Now what do you do? Whats right for the patient or whats right to feed my family? Sure, my family wont starve if I do not get that 25% of pay, but something will suffer that I worked hard for. Retirement funding?? College funding?? Maybe I should move into a smaller house or no longer travel?? At what point do you cave and salute, Narcotics for all!! Xrays for all!!
What about finding another job (aka voting with your feet)? Just today I've deleted multiple emails offering me jobs that I wouldn't have to move for.
 

Dr.McNinja

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Satisfaction=Performance/Expectations. If you don't set reasonable expectations, no performance will give satisfaction.
Also, it's no longer your PG score, it is the "top box", which is the percent that are 5's. Thus, the random low score won't hurt you as bad as the guy that's always just kind of good.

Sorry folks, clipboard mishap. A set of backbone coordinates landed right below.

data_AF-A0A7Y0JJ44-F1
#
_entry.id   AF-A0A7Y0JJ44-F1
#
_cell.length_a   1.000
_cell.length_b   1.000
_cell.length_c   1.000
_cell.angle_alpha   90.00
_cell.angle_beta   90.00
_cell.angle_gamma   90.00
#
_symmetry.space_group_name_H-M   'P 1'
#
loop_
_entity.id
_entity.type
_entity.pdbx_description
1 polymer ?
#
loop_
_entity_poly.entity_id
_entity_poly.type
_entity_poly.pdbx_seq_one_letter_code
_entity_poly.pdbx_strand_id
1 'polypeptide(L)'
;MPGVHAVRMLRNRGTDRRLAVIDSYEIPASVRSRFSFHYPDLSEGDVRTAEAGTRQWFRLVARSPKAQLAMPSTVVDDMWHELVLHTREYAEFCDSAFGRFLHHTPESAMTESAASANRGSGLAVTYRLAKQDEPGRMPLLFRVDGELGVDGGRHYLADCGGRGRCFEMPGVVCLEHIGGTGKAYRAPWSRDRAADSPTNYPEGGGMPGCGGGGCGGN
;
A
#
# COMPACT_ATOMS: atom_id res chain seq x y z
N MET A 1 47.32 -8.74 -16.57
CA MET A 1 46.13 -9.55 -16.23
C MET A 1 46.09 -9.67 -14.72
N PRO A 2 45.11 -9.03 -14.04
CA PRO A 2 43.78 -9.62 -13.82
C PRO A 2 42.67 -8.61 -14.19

emergentmd

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We all know which patients are reasonable and which wants xrays/CT/Labs.

Once I start talking to them, I can tell that they want an Xray/abx no matter what. I can speak til I am blue but its easier to just give in right off the bat. We all Do it to an extent and the ones who denies it is lying to themselves.

If we all practice correct medicine, We would probably draw blood in 20% of our patients, xray 10%, CT 5% of our patients. But the fact is I draw blood on 60%, xrays 40%, CT 20%.

Think about it.

Xray pt = happy pt, happy admin, pt will not come back
Do not xray = unhappy pt, compaints to admin, pt will come back later to get their xray.

Pick you battles, its not worth it to fight all mcdonald's type pts. They want it supersized sometimes